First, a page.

How To Improve Your Body Image

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Do you consider yourself to have “poor body image”? For many, this means feeling dissatisfied with how your body looks and feels. You may obsessively compare your body to others, and/or hyperfocus on all of the flaws you see in your own body. Poor body image can be a very distressing and all-consuming experience.

For many of my clients, improving their body image is a common treatment goal. They want to feel better in their bodies, regardless of how they look. They’ve tried looking in the mirror and convincing themselves that they look “good”; they’ve tried not looking at others’ bodies; they’ve tried focusing on things they do like about their bodies. But in spite of these efforts, they still feel dissatisfied and distressed about how their body looks.

So what actually works to improve body image?

Well, body image is a curious thing. It seems as though it’s all about how your body looks on the outside. However, body image is actually all about how you feel about your self on the inside. Thus, improving your body image requires work from the inside out. When you feel great about who you are, you tend to feel great about how you look (or, at minimum, you’re willing to tolerate your body’s natural flaws). When you feel lousy about who you are, your body becomes the perfect punching bag for all of that frustration and distress. And because our bodies are perfectly imperfect, we will always have something (or many things) for which we can pick on our bodies. In sum, your body image is your self image.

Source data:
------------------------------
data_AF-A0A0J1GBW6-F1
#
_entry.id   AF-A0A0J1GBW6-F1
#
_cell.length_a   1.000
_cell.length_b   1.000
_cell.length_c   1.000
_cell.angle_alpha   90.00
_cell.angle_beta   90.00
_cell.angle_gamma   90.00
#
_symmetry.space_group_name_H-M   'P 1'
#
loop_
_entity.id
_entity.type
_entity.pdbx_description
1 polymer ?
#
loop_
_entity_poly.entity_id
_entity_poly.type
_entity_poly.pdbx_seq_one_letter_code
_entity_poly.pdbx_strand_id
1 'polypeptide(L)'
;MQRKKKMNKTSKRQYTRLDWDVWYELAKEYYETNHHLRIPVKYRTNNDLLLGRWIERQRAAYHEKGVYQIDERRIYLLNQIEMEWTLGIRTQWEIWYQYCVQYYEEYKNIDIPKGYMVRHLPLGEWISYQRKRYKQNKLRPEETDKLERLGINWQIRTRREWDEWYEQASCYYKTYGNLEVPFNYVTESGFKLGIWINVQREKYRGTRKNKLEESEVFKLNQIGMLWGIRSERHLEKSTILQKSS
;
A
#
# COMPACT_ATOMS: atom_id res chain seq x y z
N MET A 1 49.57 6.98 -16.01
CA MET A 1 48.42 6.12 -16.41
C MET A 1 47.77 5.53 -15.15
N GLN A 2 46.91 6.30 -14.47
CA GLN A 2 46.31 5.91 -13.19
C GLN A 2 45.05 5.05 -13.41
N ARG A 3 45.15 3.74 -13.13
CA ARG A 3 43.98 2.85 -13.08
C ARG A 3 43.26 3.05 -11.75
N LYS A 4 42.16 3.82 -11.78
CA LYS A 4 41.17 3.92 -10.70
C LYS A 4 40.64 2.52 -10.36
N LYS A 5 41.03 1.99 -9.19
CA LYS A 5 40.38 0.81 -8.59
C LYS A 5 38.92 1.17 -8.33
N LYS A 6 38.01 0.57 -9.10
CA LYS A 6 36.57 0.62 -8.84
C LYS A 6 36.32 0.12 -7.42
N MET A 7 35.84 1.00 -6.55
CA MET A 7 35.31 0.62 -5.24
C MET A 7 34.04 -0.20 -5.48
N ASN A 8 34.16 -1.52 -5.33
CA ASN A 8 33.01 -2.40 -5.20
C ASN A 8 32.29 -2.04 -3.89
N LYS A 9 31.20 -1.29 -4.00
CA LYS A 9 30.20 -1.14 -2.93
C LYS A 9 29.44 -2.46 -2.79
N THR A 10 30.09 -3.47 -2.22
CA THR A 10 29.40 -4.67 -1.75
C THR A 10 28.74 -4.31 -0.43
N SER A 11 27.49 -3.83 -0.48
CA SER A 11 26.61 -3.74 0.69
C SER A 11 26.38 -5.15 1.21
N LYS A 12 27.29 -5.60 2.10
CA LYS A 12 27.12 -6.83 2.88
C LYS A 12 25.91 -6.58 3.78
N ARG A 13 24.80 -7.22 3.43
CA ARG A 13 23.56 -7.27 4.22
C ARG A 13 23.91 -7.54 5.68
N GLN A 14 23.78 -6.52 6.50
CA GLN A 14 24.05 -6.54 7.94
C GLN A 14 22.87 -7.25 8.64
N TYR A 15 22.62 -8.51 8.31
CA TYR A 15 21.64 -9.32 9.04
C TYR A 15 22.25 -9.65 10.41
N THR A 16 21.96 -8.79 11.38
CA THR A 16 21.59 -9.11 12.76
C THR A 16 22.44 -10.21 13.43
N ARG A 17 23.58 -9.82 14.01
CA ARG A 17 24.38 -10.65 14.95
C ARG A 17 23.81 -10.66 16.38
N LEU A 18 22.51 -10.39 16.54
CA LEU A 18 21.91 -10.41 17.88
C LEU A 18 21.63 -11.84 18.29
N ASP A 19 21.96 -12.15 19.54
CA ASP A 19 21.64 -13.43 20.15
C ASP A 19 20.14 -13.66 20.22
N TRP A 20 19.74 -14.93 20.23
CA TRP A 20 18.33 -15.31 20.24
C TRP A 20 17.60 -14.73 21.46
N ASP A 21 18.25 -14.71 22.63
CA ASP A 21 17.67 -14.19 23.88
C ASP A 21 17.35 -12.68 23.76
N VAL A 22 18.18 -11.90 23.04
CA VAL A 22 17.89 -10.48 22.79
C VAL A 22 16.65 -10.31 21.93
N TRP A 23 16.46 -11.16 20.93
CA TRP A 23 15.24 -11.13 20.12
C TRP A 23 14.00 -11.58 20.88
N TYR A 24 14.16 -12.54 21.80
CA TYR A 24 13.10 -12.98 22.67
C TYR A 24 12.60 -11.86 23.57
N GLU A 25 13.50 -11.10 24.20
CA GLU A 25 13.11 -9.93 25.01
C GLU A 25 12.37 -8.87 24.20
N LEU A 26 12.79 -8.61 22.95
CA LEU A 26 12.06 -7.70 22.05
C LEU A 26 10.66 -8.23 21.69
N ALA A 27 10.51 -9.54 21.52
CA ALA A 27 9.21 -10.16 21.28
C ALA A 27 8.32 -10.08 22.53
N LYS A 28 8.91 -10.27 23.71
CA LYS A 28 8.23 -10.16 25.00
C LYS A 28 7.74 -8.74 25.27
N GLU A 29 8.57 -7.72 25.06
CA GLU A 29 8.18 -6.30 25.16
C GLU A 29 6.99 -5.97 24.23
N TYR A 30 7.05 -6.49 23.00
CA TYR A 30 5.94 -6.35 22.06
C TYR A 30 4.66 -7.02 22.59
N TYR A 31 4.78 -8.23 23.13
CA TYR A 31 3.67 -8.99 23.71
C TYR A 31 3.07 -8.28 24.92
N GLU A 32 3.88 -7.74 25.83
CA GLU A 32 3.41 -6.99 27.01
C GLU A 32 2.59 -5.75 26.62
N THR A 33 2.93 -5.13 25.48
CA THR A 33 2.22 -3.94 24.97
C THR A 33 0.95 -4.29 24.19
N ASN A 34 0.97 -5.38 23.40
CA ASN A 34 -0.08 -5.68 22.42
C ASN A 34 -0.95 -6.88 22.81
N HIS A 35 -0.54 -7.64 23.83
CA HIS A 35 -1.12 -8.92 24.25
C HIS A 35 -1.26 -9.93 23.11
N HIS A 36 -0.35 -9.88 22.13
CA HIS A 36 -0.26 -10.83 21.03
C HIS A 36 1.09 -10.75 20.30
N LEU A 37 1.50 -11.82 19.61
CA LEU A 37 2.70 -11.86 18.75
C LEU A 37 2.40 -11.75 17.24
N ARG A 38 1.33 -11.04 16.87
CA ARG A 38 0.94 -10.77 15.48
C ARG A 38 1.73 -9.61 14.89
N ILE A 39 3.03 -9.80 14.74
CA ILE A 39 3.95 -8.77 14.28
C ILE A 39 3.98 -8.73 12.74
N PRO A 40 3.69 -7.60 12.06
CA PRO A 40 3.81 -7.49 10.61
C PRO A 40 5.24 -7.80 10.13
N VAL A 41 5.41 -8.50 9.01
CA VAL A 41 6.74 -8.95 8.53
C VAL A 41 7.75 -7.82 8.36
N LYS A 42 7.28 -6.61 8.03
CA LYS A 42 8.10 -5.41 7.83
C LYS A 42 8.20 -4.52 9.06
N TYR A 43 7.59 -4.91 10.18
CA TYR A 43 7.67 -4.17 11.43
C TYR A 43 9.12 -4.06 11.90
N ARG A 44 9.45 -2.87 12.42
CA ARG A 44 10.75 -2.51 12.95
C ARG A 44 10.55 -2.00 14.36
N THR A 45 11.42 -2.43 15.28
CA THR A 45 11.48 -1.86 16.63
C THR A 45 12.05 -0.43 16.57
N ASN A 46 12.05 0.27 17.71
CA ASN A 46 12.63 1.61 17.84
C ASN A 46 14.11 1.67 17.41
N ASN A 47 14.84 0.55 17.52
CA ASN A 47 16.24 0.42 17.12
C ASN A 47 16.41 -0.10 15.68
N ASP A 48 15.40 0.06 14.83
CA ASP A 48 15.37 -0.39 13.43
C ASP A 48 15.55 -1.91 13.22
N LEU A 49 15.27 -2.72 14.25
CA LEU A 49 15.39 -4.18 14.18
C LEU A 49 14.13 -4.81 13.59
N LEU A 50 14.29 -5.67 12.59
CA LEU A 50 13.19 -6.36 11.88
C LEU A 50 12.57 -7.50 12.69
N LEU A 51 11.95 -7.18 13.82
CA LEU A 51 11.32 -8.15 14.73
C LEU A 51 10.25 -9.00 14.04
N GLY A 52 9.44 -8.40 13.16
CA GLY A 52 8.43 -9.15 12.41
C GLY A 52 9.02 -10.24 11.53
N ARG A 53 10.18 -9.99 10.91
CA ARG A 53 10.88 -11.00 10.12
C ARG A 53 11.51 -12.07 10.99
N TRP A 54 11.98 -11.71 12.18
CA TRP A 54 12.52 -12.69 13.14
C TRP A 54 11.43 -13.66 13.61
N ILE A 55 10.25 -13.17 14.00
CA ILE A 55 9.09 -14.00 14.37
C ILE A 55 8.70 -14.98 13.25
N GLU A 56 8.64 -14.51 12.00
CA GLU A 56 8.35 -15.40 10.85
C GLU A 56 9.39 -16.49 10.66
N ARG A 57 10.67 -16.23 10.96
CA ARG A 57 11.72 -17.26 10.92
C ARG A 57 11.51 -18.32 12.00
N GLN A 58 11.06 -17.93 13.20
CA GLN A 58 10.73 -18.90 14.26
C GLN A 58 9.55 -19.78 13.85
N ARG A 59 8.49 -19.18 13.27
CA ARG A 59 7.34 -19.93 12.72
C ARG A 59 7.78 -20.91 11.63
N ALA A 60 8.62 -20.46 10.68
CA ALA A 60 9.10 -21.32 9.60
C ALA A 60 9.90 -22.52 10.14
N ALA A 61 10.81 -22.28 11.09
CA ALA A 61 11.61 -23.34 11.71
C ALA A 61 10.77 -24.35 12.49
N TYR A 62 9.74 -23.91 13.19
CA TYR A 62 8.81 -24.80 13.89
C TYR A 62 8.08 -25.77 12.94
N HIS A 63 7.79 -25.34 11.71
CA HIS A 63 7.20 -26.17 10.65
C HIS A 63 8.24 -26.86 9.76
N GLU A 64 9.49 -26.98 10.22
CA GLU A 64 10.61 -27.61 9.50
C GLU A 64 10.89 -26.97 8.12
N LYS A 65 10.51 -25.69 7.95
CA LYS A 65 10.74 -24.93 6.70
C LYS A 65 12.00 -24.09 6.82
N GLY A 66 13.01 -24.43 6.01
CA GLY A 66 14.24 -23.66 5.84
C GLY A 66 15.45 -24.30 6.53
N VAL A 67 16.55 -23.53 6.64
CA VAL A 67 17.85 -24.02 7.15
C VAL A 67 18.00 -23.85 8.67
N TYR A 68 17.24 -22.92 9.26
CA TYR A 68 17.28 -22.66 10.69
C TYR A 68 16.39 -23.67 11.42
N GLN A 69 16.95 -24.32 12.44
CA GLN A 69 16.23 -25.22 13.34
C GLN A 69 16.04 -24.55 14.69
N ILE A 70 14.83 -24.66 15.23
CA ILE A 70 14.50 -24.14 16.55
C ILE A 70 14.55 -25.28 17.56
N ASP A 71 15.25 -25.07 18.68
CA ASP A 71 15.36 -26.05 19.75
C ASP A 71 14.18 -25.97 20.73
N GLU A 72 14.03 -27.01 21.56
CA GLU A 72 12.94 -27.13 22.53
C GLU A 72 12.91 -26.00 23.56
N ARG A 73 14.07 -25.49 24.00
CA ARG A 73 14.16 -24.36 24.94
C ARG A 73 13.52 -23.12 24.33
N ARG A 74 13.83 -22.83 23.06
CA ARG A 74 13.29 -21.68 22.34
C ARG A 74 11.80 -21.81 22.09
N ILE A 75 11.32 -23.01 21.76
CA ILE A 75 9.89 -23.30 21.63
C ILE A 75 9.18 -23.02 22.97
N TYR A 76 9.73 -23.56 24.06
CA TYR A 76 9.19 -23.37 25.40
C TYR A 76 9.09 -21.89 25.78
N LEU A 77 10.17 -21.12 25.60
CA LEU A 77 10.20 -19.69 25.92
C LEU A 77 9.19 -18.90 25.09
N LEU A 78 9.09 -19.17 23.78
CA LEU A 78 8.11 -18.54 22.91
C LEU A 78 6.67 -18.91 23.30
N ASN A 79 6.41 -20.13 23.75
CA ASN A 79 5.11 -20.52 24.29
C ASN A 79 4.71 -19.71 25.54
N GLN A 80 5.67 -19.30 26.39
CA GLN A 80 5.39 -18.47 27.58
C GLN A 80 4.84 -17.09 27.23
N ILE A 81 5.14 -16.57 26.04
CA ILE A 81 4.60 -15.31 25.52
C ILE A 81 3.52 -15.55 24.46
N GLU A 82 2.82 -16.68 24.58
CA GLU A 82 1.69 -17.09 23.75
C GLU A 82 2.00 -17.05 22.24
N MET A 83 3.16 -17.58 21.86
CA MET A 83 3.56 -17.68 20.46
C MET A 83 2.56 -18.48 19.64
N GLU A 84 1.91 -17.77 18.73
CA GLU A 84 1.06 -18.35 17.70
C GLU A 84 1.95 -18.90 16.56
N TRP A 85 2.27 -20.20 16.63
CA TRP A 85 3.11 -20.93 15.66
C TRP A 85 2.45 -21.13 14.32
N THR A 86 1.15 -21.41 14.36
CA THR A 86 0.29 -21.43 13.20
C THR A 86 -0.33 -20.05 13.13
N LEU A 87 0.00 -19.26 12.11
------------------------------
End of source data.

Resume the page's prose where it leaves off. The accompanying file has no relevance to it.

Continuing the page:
Here’s a brief exercise to help you explore how your body image and self image are related…

1) When you are experiencing negative body image, what thought(s) do you have? (e.g., I’m not good enough, I’m a failure, I don’t have it together).

2) Where else in your life does this thought persist? (e.g., at work, as a parent, as a partner, as a friend)

3) Begin exploring this area(s) where your negative view of self persists. Why do you believe this? What has happened in the past to lead you to this conclusion? How does this negative view of self affect your quality of life and overall mood?

To improve your body image, it is important to begin exploring your answers to #2 and #3. Some of the following techniques may help you explore these issues on your own:

1) Use writing and journaling to better understand these feelings within you without judgment. Honor whatever you’re thinking and feeling, and be curious rather than judgmental.

2) If you don’t have the words to describe how you’re feeling, use art to express your emotions in a more abstract, less cognitive way. What color, shape, size, and texture would you give this negative image of self? Draw an outline of your body and write the feelings and negative thoughts associated with various parts of your body.

3) Talk to emotionally safe people you trust about these feelings. Sometimes just hearing yourself talk out loud can be helpful in decreasing the intensity of distressing thoughts.

4) Keep a list of “counterevidence” to disprove these negative beliefs about your self. When you are enough at work, write that down. When you feel competent as a parent or partner, jot it down. Review this ongoing list whenever the negative self image gets activated.

If you find it difficult to begin this healing process on your own (which is very, very normal), seek help from a skilled mental health professional who specializes in the treatment of body image. Make sure you find someone who isn’t going to just try to convince you that you “look great” and that you “shouldn’t worry” about what others think, but will help you navigate the healing process from within your emotional self.

As you begin to explore – and heal – this negative self image, you will find that your body image follows suit. This doesn’t mean that you will necessarily love everything about your body, but you will appreciate your body for what it does offer you, and you will be more willing and able to tolerate the things you don’t love about your body. You will also be more willing to treat your body with the respect, kindness, and compassion it deserves!

Dr. Ashley Southard is a Clinical Therapist at A New Beginning and the Co-Creator of TheHealthyWeighOut, both in Scottsdale, Arizona.

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